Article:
I next saw two men who stated that they were oppressed by the publican and the foreman also. The first said—”I work under a publican, and have to pay the foreman one-fifth of my earnings; I only have fourpence out of every shilling I earn, and I must be a sober man indeed to get that. Both the publican and the fore­man get eightpence out of a shilling, and make their money out of my sweat. Nine years ago I was left, to my sorrow, with nine motherless children, and I am the slave of the publican. He is my destruction, and such are my sufferings that I don’t care what I do if I can destroy the system. I shall die happy if I can see an end to it. I would go to bed supperless to-night, and so should my chil­dren, if I could stop it. After I have a had a job of work, many’s the time I have not had a penny to take home to my children; it has all gone betwixt the foreman and the publican, and what is more, if I had brought anything home I should have stood a worse chance of work the next day. If I had gone away with six­pence in my pocket, the work that would have come to me would have gone to those who had spent all in the house. I can solemnly say that the men are made regular drunkards by the publicans. I am nine-and-twenty years dealing with this oppression, and I wish from my heart I could see an end to it, for the sake of my children, and my fellow-creatures’ children as well. But I suffer quite as much from the foreman as I do from the publican. I am obliged to treat him before I can get a job of work. The man who gives him the most drink, he will employ the first. Besides this, the foreman has two fifth parts of the money paid for the job—he has twice as much as the men if he does any of the work—and if he does none of the work, he takes one-fifth of the whole money— besides this, the men do three times the foreman’s labour. If I could get the fair value of my sweat, I could lay by to-morrow. and keep my family respectably. In the room of that, now my family want bread often—worse luck, for it hurts my feelings. I have been idle all to-day; for hearing of this, I came to make my statement, for it was the pride of my heart to do all that I could to put an end to the oppression. The publicans have had the best of me, and when the system is done away with I shan’t be much the better for it. I have been nine-and-twenty years at it, and it has ruined me both body and soul; but I say what I do for the benefit of others, and those who come after me.”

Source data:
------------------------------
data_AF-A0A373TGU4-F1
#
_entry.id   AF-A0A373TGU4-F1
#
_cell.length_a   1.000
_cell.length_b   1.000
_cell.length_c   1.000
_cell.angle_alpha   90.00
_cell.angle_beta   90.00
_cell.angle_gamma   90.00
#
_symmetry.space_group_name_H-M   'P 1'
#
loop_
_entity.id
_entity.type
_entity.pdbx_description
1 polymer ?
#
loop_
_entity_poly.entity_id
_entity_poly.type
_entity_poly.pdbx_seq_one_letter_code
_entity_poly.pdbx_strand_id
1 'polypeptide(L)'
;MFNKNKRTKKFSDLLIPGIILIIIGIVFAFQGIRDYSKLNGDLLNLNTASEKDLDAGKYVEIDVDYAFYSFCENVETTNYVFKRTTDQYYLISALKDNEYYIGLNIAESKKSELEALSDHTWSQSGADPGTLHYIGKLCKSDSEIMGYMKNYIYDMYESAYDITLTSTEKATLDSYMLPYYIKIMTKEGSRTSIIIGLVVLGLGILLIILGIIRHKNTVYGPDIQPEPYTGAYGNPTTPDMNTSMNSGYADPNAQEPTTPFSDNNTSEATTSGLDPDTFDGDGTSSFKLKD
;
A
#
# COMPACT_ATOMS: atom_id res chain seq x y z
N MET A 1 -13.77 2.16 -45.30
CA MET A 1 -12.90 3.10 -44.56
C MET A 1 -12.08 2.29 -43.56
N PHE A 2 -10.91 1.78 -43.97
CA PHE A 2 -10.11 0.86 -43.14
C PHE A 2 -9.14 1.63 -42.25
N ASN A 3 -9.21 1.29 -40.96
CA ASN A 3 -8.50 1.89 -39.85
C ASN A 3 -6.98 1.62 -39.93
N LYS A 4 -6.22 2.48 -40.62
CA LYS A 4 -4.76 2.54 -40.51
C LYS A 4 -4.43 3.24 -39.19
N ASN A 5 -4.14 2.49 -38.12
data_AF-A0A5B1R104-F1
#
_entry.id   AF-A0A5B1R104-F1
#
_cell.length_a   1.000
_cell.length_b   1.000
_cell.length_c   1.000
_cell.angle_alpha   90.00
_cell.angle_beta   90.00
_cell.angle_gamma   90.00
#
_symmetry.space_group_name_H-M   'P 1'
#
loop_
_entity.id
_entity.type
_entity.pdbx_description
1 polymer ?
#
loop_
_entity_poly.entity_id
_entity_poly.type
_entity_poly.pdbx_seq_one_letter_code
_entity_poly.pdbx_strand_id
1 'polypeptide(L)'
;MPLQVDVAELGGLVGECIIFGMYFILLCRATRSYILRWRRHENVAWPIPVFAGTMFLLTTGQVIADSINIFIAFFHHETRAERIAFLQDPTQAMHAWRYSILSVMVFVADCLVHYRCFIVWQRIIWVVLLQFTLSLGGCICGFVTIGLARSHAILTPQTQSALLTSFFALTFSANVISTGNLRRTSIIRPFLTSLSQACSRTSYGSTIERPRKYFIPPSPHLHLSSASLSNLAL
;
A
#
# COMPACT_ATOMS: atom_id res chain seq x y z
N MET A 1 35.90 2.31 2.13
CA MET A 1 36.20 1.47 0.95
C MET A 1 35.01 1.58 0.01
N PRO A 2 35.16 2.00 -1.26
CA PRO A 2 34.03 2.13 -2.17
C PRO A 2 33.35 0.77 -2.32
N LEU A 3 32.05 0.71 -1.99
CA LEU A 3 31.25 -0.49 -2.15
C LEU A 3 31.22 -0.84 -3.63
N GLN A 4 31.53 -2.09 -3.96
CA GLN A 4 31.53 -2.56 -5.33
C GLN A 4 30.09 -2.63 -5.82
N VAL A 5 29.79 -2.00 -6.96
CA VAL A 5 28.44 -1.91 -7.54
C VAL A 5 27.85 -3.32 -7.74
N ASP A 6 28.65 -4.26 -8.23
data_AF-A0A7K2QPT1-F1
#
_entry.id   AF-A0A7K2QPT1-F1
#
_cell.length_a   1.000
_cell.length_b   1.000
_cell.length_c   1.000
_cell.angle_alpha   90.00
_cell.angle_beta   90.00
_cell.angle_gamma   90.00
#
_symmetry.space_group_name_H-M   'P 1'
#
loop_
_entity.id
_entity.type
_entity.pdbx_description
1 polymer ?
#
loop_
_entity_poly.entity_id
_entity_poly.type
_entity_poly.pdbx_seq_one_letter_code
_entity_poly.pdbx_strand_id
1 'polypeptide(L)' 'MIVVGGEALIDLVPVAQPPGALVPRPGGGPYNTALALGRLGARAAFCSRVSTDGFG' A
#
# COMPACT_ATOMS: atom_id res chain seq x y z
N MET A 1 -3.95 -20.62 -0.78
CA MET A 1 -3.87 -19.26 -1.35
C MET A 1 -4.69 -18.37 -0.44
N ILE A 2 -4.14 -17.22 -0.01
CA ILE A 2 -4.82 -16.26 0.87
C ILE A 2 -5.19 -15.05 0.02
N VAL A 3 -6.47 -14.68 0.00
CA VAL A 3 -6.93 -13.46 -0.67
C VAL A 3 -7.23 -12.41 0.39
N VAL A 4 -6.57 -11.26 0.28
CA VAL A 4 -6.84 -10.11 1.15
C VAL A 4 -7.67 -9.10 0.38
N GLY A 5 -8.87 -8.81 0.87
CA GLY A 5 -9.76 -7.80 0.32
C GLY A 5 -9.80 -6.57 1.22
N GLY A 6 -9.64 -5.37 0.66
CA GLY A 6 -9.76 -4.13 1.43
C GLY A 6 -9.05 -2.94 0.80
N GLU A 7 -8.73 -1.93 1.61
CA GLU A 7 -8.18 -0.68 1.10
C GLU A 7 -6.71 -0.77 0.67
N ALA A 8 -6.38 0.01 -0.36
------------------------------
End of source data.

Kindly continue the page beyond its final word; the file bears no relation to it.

The other man said that he worked under a publican, and a grocer as well, and lodged with a foreman. “I pay 2s. a week for my lodgings,” he said; “there are two beds in the room, and two men in each. The room where we all sleep is not more than seven feet long by five feet wide, and barely seven feet high. There is no chimney in it. It is a garret, with nothing in it but the two beds. There hadn’t need to be much more, for it wouldn’t hold even a chair besides. There’s hardly room, in fact, for the door to open. I find it very close sleeping there at night time, with no ventilation; but I can’t help myself. I stay there for the job of work. I must stay. I shouldn’t get a day’s work if I didn’t. The lodgings are so bad, I’d leave them to-morrow if I could. I know I pay twice as much as I could get them for elsewhere. That’s one way in which I, for one, am robbed. Besides this, I am obliged to treat the foreman; I am obliged to give him two glasses of rum, as well as lodging at his house, in order to get employment. I have also to drink at the public-house; one-fifth of my money is kept, first and foremost, by the publican. That goes for the compulsory drink—for the swash which he sends us on board, and that we think the Thames water is sweet and wholesome to it. It is expressly adulterated for our drink. If we speak a word against it we should be left to walk the streets, for a week and more forward. Even if we were known to meet a friend, and have a pint or a pot in another public-house, we should be called to an account for it by the publican we worked under, and he would tell us to go and get work where we spent our money—and God knows very little money we would have, coming out of his house after our hard sweat. After the compulsory drink, and the publican has settled with us, and stopped his fifth part of our hard-earned money for the swash —‘tis nothing else! —that he has given us to drink, then I should be thought no man at all if I didn’t have two pots of beer or half-a- pint of gin—so that I would count myself very lucky indeed if I had a couple of shillings to take home, and out of that I should have to spend two-thirds of it to get another job. I am a married man, and my wife and three children are in Ireland. I can’t have them over, for it is as much as I can do to support myself. I came over here, thinking to get work, and to send them money to bring them over after me, but since I have been here I have been working at the ballast-work, and have not been able to keep my­self. I don’t complain of what is paid for the work; the price is fair enough, but we don’t get a quarter of what we earn, and the Irish ballast-heavers suffer more here than in their own country. When I came over here I had a good suit of clothes to my back, and now I’m all in rags and tatters, and yet I have been working harder and earning more money than I did in all my life. We are robbed of all we get by the foremen and publicans. I was eight years a teetotaller before I went to ballast work, and now I am forced to be a drunkard, to my sorrow, to get a job of work. My wife and children have a bit of land in Ireland to keep them, and they are badly enough off, God knows. I can neither help them nor send money to bring them over to me, nor can I get over to them myself. The grocers whom we work under rob us in the same manner. I have worked under one. He supplied bread, butter, tea, sugar, coffee, candles, tobacco, cheese, &c. It is a larger kind of chandler’s shop. He charges us 5½d. for the same bread as I can buy for 4½d. at other shops. The tea, sugar, and other articles he supplies us with are at the same rate; they are either worse or dearer than at other shops. They generally manage to get a fifth part of our earnings wherever we go—but the grocers are best of all, for they don’t ruin our health, as what they give us don’t make us sick. I work for these two houses because the foreman that I lodge with has work out of both houses, and we are obliged to deal at the houses that he works under; if we didn’t we shouldnt get the job; so that if we are not robbed by the publican we are by the grocer. They will have it out of the poor, hard-working men, and the foreman must have his gain out of us as well. I only wish to God it was done away with, for it is downright oppression to us all, and if I never have another stroke of work, I will strive all I can to have it done away with for the sake of my fellow-men."